According to the National Association of Neonatal Nurses, approximately 40,000 low birth weight infants are born annually in the United States. Due to the advances in medicine, along with physicians and nurses who care for vulnerable babies, survival rates are 10 times better than they were 15 years ago.
Though there has been significant progress, there are still a lot of infants born who need special care and attention within the Neonatal Intensive Care Unit (NICU). Enter the neonatal nurse!
In this post, we will explore the following:
- What is neonatal nursing?
- What does a neonatal nurse do?
- What is it like to work as a neonatal nurse?
- What is the difference between a neonatal and NICU nurse?
- What are the career opportunities for a neonatal nurse?
- How do you become a neonatal nurse?
- How do you change your specialty to become a neonatal nurse?
- How much does a neonatal nurse make?
What is neonatal nursing?
The neonatal period is the first month of an infant’s life. Neonatal nursing is a specialty within nursing that cares for newborn infants with issues such as prematurity, low birthweight, congenital disabilities, and cardiac problems. In general, neonatal nursing refers to care for patients experiencing issues right after birth.
It also involves helping infants who experience long-term problems specific to prematurity or illness after birth. Sometimes, neonatal nurses can care for infants until they are two years old.
What does a neonatal nurse do?
Neonatal nurses provide essential and often life-saving care for infants. Some of their job duties include:
- Providing round the clock care for infants immediately after birth
- Checking the health of infants suffering from birth complications
- Performing tests and evaluating results
- Educating new parents on caring for their infant
- Operating and maintaining the equipment in the NICU
- Discussing with parents or guardians various procedures
What is it like to work as a neonatal nurse?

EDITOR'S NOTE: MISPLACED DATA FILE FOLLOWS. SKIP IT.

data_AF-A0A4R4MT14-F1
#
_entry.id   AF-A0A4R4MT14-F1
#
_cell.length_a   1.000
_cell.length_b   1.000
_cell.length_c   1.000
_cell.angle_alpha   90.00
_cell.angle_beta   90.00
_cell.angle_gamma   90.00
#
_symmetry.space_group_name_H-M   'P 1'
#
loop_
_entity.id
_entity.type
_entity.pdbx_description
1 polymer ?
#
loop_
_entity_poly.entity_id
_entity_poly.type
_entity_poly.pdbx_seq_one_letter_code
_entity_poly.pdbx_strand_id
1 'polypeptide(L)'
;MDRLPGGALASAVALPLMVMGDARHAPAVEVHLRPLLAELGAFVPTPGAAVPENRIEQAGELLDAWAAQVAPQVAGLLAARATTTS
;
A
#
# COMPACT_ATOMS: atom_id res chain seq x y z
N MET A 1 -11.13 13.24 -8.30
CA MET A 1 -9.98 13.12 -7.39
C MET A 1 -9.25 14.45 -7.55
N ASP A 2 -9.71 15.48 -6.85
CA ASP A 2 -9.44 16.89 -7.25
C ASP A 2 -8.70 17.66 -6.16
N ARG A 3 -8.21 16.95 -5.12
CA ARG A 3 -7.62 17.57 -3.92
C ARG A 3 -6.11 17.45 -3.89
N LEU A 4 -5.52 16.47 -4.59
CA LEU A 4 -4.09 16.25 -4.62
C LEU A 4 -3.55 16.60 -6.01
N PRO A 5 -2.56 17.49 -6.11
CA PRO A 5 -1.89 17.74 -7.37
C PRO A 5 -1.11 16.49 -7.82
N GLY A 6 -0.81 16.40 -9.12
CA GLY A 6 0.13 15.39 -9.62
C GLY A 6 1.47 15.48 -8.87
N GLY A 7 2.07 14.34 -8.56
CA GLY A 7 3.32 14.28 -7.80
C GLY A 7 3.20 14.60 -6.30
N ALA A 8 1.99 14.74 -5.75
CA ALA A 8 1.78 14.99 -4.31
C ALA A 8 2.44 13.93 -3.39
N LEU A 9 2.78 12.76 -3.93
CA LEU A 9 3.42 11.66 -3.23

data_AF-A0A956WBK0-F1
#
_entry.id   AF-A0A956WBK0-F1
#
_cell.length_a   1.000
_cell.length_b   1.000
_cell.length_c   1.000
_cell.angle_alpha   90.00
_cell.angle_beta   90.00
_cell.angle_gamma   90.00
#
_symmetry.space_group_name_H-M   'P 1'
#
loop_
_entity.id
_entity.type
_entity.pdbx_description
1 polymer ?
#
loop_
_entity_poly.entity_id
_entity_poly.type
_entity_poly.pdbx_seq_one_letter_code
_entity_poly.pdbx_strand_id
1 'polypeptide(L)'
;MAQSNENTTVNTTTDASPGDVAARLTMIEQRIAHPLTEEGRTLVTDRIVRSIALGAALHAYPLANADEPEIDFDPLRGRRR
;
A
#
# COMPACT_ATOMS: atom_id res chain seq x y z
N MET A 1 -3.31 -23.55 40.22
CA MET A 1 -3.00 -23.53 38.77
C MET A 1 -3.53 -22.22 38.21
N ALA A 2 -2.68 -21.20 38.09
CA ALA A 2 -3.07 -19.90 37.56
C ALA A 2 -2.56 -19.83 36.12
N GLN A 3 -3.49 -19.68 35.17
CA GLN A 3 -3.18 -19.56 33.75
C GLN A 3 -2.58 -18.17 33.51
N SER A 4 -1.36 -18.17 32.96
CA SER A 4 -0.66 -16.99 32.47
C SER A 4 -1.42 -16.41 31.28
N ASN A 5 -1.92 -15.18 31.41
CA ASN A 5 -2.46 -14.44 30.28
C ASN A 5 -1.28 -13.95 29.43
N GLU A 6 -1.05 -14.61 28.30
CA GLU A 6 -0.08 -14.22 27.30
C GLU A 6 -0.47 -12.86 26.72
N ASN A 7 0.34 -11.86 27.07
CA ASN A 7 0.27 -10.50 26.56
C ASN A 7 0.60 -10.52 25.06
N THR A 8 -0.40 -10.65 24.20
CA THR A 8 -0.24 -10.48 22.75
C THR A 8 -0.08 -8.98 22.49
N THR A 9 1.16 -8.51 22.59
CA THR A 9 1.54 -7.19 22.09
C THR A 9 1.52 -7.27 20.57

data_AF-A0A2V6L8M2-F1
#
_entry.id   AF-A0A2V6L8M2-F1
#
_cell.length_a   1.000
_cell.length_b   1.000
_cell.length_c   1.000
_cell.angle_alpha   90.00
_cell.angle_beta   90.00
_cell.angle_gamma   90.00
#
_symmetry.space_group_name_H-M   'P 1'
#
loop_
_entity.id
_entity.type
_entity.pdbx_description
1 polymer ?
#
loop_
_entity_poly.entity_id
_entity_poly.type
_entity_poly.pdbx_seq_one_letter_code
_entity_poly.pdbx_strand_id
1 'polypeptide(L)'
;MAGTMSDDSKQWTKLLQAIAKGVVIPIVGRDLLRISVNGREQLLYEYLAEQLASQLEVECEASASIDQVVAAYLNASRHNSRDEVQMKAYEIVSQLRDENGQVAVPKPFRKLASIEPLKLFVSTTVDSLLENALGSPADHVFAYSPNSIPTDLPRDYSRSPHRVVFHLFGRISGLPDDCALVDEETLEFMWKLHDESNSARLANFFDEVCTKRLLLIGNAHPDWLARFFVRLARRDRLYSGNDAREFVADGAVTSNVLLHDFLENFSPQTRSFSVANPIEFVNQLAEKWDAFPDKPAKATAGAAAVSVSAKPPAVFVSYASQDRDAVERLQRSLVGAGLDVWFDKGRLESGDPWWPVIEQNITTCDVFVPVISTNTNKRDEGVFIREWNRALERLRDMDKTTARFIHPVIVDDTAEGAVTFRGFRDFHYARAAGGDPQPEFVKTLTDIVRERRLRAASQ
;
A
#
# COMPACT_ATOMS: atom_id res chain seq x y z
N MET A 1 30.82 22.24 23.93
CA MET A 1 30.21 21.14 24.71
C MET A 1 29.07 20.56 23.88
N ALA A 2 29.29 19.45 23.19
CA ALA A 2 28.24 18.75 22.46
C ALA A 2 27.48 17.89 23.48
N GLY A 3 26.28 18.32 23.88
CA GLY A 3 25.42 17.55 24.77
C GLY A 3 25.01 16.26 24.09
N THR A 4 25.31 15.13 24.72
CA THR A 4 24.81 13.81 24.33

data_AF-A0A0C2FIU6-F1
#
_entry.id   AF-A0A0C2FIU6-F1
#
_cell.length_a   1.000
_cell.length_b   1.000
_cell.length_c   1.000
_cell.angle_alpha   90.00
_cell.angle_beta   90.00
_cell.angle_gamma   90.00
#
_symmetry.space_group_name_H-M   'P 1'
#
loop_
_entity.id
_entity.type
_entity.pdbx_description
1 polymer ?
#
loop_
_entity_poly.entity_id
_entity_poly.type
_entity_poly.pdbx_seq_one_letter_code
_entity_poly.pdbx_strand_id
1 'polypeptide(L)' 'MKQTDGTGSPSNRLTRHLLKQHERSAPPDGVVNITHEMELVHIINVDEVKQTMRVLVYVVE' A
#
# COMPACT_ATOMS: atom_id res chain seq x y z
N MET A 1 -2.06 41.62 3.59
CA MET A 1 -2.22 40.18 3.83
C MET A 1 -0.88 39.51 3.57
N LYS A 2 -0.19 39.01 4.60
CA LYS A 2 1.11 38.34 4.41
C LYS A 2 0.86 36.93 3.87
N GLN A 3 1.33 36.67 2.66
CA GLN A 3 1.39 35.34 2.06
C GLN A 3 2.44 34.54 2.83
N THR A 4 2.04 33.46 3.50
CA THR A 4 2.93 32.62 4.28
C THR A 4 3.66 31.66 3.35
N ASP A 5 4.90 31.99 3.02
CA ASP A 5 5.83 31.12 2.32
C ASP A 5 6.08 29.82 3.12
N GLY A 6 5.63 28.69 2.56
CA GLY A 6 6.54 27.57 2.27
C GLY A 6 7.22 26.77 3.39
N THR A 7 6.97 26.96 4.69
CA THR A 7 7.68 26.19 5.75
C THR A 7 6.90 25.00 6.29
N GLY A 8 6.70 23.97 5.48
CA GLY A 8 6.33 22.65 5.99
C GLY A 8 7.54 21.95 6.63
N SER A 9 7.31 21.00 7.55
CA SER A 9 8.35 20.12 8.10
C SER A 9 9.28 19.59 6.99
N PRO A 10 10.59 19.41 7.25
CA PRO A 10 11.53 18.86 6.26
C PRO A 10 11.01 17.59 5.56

Though many nursing specialties overlap, there are some specific ways that neonatal nursing differs from other types of specialties. The primary way that neonatal nursing differs involves the relative level of stress they work under.
Their patients are often in critical condition and need constant attention, similar to an ICU nurse. The nurse-to-patient ratios are generally higher. In other words, you work with fewer patients than other nurses do.
Another factor that’s different is the size of the patient. Since you’re dealing with patients that are often significantly undersized, you have to get creative with how you administer medication.
One of the primary goals of neonatal nurses is to see the patients reach weight goals. You are there to help them gain the necessary weight for them to go home and enjoy the care and comfort of their loved ones.
Neonatal nurses need to have emotional composure. You will see many infants who never make it past your care. It’s essential to have a toolkit of self-help routines and coping mechanisms to weather those storms.
What is the difference between a neonatal and a NICU nurse?
The neonatal and NICU nurse are the same role. NICU nurses are simply neonatal nurses who work in the NICU. The NICU is the neonatal intensive care unit.
What are the career opportunities for a neonatal nurse?
There are many different opportunities for neonatal nurses within this specialty. Below you will find a list of typical roles.
Staff nurses: These nurses assist with specialized care for severely to mildly ill newborns. You could see yourself caring for an infant who is using a ventilator or helping a new mom with breastfeeding.